The One Hygienic Practice To Avoid Doing In Plane Bathrooms, According To Our Expert

Staying fresh on long-haul flights isn't always easy. After hours of cruising through the clouds, your skin might feel dry, your clothes may look wrinkled, and, if we're honest, your breath might not smell so pleasant.

To get back to your minty baseline (and remove the in-flight grilled chicken still lingering between your teeth), you could grab your toothbrush and head to the lavatory after mealtime. However, just because you could doesn't mean you should. Explore spoke with Katrina Sanders, a registered dental hygienist and international speaker, about the downsides of brushing at 30,000 feet. As the expert shared with us exclusively, the water in plane lavatories might be useful when washing your hands, but it's not meant for brushing your teeth. "The water in the airplane bathroom is not potable, meaning it shouldn't be consumed," she revealed.

While the water found in your local tap is typically treated to specific standards, airplane tap water doesn't follow similar regulations. "[W]hen you introduce this unclean water into your mouth, it can certainly introduce other bacteria, yeasts, fungi, viruses or molds," Sanders explained. "Additionally, rinsing your toothbrush bristles with unclean water can harbor microorganisms and allow them to grow on the moist surfaces of the bristles." Yuck!

Airplane restrooms are teeming with bacteria

The dirtiest spot in your airplane seat is often the back pocket, but away from your assigned chair, the restroom is easily one of the germiest places in the entire cabin. With this in mind, you're better off avoiding brushing your teeth in the lavatory. "As we learned during the COVID-19 pandemic, germs are crawling everywhere, particularly in public settings and especially in areas where travelers from various parts of the world may interact," Katrina Sanders told Explore in an exclusive interview.

Often, viruses and bacteria are floating around, even if we can't see them — and that can include microbes from feces. "[P]articulates from fecal matter can enter the air in a bathroom particularly when the lid is not closed prior to flushing," the dental hygienist explained. "Fecal matter houses an incredible amount of bacteria, and when this bacteria is able to stick to your toothbrush bristles, you could potentially become very sick just from brushing your teeth."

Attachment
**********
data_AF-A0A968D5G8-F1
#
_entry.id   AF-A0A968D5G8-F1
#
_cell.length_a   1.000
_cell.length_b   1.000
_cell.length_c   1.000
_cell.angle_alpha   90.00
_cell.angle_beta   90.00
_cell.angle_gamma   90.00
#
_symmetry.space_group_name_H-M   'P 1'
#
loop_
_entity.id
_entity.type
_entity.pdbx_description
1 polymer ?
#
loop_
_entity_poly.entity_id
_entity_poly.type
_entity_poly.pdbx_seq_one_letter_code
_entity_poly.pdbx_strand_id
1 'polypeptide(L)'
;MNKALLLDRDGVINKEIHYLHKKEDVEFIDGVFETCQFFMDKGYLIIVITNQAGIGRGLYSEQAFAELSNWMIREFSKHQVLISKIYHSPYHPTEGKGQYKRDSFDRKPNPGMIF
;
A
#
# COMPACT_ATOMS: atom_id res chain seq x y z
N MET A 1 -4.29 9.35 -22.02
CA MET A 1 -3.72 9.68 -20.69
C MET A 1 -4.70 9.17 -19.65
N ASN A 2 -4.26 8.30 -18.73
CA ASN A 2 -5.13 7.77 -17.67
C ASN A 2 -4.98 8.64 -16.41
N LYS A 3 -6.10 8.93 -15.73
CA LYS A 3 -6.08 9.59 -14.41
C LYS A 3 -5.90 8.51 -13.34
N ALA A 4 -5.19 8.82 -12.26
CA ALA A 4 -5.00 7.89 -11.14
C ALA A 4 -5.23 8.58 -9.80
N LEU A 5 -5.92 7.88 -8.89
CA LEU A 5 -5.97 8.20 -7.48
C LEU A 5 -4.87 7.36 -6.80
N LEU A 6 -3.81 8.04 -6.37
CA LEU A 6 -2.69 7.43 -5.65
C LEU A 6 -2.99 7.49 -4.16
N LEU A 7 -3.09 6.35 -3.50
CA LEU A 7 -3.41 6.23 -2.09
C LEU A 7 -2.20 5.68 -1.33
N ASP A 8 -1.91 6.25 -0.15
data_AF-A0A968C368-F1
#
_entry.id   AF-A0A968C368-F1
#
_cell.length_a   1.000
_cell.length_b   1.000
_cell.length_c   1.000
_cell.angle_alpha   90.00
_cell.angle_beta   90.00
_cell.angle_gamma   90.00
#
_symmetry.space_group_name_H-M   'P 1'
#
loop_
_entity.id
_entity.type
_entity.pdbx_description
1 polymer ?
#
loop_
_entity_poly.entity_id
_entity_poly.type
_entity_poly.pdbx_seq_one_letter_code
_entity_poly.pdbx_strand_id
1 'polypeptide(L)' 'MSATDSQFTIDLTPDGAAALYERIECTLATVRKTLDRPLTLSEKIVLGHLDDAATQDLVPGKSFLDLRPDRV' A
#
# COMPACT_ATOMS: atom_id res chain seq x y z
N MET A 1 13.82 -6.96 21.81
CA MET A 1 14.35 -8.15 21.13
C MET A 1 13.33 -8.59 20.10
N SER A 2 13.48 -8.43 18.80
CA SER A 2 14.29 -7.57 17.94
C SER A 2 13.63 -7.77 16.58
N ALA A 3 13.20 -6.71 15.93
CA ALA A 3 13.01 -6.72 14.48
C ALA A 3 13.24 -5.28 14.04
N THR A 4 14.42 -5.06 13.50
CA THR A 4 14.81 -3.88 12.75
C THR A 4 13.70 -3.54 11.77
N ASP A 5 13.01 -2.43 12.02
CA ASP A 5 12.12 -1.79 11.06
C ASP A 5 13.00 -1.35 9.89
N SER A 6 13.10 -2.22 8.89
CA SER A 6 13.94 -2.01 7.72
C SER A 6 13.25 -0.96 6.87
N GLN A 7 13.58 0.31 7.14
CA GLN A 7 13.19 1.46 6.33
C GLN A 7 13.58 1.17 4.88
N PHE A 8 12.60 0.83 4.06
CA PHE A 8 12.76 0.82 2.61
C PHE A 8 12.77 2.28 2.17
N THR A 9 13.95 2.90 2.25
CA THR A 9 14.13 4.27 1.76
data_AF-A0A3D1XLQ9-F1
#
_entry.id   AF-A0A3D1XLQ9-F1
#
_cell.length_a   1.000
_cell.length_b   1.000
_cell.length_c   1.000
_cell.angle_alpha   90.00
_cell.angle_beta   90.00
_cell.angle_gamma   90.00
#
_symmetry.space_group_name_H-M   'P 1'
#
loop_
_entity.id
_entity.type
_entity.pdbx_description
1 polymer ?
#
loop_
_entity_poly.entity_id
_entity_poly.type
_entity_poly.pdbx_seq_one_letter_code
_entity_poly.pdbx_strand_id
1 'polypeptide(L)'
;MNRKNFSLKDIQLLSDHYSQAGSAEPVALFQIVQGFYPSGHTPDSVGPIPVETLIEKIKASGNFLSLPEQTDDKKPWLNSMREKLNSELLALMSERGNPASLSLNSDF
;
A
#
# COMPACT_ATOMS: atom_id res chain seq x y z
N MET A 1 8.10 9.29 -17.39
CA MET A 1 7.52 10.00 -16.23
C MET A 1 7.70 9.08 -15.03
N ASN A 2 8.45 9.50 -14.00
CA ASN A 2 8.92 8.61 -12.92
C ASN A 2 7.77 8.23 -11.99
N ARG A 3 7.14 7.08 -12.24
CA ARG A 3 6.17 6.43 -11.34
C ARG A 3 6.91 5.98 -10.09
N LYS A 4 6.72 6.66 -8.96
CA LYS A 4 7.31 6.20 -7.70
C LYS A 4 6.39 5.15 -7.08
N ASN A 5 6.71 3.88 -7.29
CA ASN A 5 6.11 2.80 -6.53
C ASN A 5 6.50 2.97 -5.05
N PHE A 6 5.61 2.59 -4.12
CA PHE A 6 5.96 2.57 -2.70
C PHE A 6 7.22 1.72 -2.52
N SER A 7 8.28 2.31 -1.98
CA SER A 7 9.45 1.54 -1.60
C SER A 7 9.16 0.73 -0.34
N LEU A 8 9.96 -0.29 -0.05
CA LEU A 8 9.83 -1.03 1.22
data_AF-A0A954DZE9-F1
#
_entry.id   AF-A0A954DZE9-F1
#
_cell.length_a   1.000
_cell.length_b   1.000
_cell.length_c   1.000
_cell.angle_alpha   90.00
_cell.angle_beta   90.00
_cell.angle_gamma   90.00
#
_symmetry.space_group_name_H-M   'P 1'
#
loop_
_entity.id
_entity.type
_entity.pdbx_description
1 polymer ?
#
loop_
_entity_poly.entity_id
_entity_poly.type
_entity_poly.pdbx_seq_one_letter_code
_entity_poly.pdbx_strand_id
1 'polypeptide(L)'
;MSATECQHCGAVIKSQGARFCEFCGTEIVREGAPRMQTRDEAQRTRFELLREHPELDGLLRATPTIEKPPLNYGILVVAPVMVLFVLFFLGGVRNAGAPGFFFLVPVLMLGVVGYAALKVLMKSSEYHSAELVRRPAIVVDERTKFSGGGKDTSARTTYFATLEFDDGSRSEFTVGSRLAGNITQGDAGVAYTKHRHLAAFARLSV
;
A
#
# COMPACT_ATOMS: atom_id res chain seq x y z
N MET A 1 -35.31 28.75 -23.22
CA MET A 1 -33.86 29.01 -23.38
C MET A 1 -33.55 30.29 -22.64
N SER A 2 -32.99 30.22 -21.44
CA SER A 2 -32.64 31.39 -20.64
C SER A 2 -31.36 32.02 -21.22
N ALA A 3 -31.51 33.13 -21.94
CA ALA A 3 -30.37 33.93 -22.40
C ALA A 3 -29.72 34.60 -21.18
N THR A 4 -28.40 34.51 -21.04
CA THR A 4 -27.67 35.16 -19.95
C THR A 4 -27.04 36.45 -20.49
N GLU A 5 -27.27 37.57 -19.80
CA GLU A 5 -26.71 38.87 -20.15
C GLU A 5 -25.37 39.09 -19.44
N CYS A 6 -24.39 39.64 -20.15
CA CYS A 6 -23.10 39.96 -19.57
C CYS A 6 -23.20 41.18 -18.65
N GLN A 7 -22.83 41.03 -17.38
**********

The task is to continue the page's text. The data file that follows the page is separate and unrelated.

If dirty air isn't enough to deter you, germy surfaces might be. Sanders shared that lavatory napkin dispensers, sink faucets, and other surfaces in airplane restrooms are covered in thousands of bacteria, viruses, molds, and other icky microorganisms. And, she added, not everyone washes their hands after using the toilet, meaning the door handle and other surfaces you touch before or while cleaning your teeth may contaminate your toothbrush.

How to clean your teeth the right way on a plane

It's no secret that brushing your teeth is good for oral hygiene. The American Dental Association recommends brushing at least twice a day, but if you're a frequent flier, traveling can sometimes interfere with your regular dental care schedule — especially if you actively avoid brushing up in the lavatory. Thankfully, Katrina Sanders revealed some safe alternatives for keeping your mouth clean mid-flight.

First, the dental professional exclusively shared one simple swap that can eliminate many bacteria and viruses potentially involved in standard brushing: a disposable, single-use brush. Throw a few of these ready-to-go brushes in your carry-on bag to use as needed, and consider using a bamboo option to be more environmentally friendly. For rinsing after, Sanders suggested swishing a little bottled drinking water. Besides brushing, the dental hygienist also noted that gum (look for products containing xylitol or other antimicrobial ingredients), mouthwash, antimicrobial mouth sprays, and teeth-friendly probiotic lozenges can work in a pinch.

Even if it's not in use during your flight, it's crucial to keep your toothbrush clean while traveling. Sanders likes toothbrush head covers, which block harmful microorganisms. "Also: if you become sick while traveling, please do remember to throw out the toothbrush in your travel kit, because reusing the same toothbrush could also make you sick," urged the expert.